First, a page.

Feigned Obedience

Psalm 66 begins with these words: “Shout joyfully to God, all the earth; sing the glory of His name; make His praise glorious.  Say to God, ‘How awesome are Your works!  Because of the greatness of Your power Your enemies will give feigned obedience to You.  All the earth will worship You, and will sing praises to You; they will sing praises to Your name.'” (NASB, vs. 1-4).  This psalm is one of many in which worshipers are invited to offer praises and adoration to the God of heaven  It is also one of several in which the enemies of God also bow the knee to Him because of His awesome power and works.

An interesting aspect of this passage, as rendered in the New American Standard Bible, is in v. 3, where the psalmist says, “Your enemies will give feigned obedience to You.”  The NASB is the only English translation to use the phrase “feigned obedience” in this verse.  Most of the other translations speak of God’s enemies cringing before Him.  Admittedly, the idea of God’s enemies cringing is an appropriate and worthy image, given His majesty and power.  Nevertheless, the idea of them offering “feigned obedience” is textually supported and may be a more appropriate imagery, given the nature of human beings.

The intent of the original Hebrew language in this verse is to give forced praise, given from hearts that still resist God’s will.  In the Septuagint, which is the Greek translation of the Hebrew text completed about 250 B.C., this part of v. 3 is rendered, “Your enemies will lie to You.”  This is because the Hebrew term in this verse most often means “to lie or to deceive.”  In this place it conveys the idea of forced or unwilling submission, and thus, feigned or hypocritical submission (Eddie Cloer, Truth for Today Commentary, Psalms 51-89, p. 259-260).

Feigned or hypocritical submission to God’s will was the primary flashpoint in the Lord’s conflicts with the scribes and Pharisees of the first century.  In Mt. 23 the Lord pronounced a series of woes on these leaders and called them hypocrites seven times in the course of twenty-one verses (13-33).  He did so because their outward piety was actually feigned obedience.  In Mt. 15:8, 9 as He dealt with their use of human traditions to set aside God’s law, the Lord quoted the prophet Isaiah and applied it to the scribes and Pharisees.  He said, “This people honors Me with their lips, but their heart is far away from Me.  But in vain do they worship Me, teaching as doctrines the precepts of men.”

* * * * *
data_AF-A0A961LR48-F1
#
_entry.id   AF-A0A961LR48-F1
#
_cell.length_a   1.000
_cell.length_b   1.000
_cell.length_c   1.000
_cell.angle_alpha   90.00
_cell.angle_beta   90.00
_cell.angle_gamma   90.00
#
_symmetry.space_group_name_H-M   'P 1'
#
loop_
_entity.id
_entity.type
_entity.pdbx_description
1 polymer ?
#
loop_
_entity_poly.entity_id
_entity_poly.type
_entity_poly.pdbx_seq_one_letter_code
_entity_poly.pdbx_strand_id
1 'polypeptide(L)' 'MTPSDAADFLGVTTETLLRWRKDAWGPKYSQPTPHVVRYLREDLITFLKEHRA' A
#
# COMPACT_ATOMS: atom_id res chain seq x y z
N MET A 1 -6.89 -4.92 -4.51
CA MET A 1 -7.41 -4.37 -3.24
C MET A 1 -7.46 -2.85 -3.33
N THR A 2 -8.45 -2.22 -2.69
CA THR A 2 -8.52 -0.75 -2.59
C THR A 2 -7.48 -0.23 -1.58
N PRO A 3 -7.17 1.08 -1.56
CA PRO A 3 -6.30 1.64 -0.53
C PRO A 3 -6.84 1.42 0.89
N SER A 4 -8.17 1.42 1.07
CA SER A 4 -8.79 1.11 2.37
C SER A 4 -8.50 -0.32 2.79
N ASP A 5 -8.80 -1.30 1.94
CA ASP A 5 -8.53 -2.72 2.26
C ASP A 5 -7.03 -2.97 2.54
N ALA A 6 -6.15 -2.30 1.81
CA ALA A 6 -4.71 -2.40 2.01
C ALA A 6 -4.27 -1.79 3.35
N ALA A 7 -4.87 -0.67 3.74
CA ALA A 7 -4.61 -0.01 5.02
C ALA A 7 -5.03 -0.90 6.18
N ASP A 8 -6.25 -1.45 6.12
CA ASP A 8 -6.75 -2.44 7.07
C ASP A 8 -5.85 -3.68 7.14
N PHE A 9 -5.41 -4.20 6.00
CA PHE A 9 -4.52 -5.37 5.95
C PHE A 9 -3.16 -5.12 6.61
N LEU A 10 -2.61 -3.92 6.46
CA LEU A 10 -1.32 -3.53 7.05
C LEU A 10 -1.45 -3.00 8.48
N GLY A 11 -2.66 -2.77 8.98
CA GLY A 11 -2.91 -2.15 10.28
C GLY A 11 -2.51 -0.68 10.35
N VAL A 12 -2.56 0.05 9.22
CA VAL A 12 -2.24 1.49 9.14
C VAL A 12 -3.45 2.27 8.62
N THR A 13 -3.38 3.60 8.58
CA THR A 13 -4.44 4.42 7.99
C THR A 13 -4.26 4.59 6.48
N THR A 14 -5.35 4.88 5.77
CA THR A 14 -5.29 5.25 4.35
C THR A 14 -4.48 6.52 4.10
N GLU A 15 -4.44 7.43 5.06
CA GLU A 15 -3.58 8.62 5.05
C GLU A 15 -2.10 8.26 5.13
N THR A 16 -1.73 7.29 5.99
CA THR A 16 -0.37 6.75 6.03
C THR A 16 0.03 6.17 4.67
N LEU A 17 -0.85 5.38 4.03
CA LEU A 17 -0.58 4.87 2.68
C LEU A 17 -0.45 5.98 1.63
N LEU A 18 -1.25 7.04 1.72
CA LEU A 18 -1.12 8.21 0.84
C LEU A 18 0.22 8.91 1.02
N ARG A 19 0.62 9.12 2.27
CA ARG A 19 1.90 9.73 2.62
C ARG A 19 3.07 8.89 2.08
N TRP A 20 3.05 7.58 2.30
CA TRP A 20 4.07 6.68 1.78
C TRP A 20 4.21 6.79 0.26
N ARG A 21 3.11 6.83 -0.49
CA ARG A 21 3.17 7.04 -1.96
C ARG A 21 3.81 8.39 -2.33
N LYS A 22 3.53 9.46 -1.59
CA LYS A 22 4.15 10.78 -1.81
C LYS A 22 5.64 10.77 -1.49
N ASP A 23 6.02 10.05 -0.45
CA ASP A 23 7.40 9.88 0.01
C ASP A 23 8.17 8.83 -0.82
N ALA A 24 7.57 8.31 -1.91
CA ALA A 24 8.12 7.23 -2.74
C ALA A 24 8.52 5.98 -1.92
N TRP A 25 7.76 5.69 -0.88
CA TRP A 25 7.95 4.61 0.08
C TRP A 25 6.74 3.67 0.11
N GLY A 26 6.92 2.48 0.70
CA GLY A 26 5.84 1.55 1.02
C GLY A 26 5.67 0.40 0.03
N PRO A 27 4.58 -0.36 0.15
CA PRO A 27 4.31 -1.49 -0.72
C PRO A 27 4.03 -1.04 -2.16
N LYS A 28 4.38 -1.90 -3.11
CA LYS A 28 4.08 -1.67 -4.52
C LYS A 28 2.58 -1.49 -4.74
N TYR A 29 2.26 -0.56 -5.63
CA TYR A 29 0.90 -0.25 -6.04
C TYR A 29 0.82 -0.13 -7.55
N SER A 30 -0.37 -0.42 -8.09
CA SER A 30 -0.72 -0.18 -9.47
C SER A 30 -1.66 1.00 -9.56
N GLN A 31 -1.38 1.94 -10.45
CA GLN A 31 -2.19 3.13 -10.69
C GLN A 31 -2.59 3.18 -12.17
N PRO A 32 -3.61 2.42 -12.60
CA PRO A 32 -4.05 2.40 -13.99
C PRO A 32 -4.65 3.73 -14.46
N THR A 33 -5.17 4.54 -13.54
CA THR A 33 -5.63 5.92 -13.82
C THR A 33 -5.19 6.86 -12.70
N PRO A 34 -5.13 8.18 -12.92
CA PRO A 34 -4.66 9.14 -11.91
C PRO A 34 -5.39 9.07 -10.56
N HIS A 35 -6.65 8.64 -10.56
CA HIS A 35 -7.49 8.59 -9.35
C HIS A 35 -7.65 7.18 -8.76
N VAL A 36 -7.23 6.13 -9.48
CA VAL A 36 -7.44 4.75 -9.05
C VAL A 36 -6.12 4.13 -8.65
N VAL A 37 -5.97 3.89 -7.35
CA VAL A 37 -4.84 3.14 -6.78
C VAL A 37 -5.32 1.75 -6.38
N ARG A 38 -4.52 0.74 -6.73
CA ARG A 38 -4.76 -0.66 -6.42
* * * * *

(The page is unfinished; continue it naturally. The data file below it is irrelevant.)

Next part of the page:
The point, of course, is that the Lord expects genuine submission from His people.  Faith in Jesus Christ is not a matter of rote repetition of ritual.  It is a matter of a heart that sincerely seeks to do all that God’s word requires in every circumstance of life.  Paul spoke of this necessity in Col. 3:22-25.  He said, “Slaves, in all things obey those who are your masters on earth, not with external service, as those who merely please men, but with sincerity of heart, fearing the Lord.  Whatever you do, do your work heartily, as for the Lord rather than for men, knowing that from the Lord you will receive the reward of inheritance.  It is the Lord Christ whom you serve.  For he who does wrong will receive the consequences of the wrong which he has done, and that without partiality.”

It stands to reason that if we are supposed to give sincere service to our earthly masters, how much more so must we give sincere service and obedience to God our Father, and to our Lord Jesus Christ?  Feigned obedience is disobedience, and will result in eternal condemnation for all who practice it.